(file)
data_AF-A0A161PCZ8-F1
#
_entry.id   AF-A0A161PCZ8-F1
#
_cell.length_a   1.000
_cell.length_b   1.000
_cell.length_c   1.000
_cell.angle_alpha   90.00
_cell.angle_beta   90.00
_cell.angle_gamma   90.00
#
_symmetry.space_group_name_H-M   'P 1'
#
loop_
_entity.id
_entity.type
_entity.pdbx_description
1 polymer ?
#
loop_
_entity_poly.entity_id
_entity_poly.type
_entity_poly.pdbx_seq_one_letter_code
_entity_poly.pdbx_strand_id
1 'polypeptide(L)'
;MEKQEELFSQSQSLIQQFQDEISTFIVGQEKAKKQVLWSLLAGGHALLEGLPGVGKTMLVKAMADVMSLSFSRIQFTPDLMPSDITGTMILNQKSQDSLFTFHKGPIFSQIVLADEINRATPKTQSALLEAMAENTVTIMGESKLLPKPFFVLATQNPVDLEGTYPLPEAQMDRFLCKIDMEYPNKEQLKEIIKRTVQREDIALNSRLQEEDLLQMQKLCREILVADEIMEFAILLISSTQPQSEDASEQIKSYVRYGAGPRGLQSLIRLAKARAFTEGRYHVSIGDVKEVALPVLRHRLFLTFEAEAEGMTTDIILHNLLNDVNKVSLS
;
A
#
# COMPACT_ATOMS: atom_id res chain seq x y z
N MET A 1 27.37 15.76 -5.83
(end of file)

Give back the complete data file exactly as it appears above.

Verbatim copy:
data_AF-A0A161PCZ8-F1
#
_entry.id   AF-A0A161PCZ8-F1
#
_cell.length_a   1.000
_cell.length_b   1.000
_cell.length_c   1.000
_cell.angle_alpha   90.00
_cell.angle_beta   90.00
_cell.angle_gamma   90.00
#
_symmetry.space_group_name_H-M   'P 1'
#
loop_
_entity.id
_entity.type
_entity.pdbx_description
1 polymer ?
#
loop_
_entity_poly.entity_id
_entity_poly.type
_entity_poly.pdbx_seq_one_letter_code
_entity_poly.pdbx_strand_id
1 'polypeptide(L)'
;MEKQEELFSQSQSLIQQFQDEISTFIVGQEKAKKQVLWSLLAGGHALLEGLPGVGKTMLVKAMADVMSLSFSRIQFTPDLMPSDITGTMILNQKSQDSLFTFHKGPIFSQIVLADEINRATPKTQSALLEAMAENTVTIMGESKLLPKPFFVLATQNPVDLEGTYPLPEAQMDRFLCKIDMEYPNKEQLKEIIKRTVQREDIALNSRLQEEDLLQMQKLCREILVADEIMEFAILLISSTQPQSEDASEQIKSYVRYGAGPRGLQSLIRLAKARAFTEGRYHVSIGDVKEVALPVLRHRLFLTFEAEAEGMTTDIILHNLLNDVNKVSLS
;
A
#
# COMPACT_ATOMS: atom_id res chain seq x y z
N MET A 1 27.37 15.76 -5.83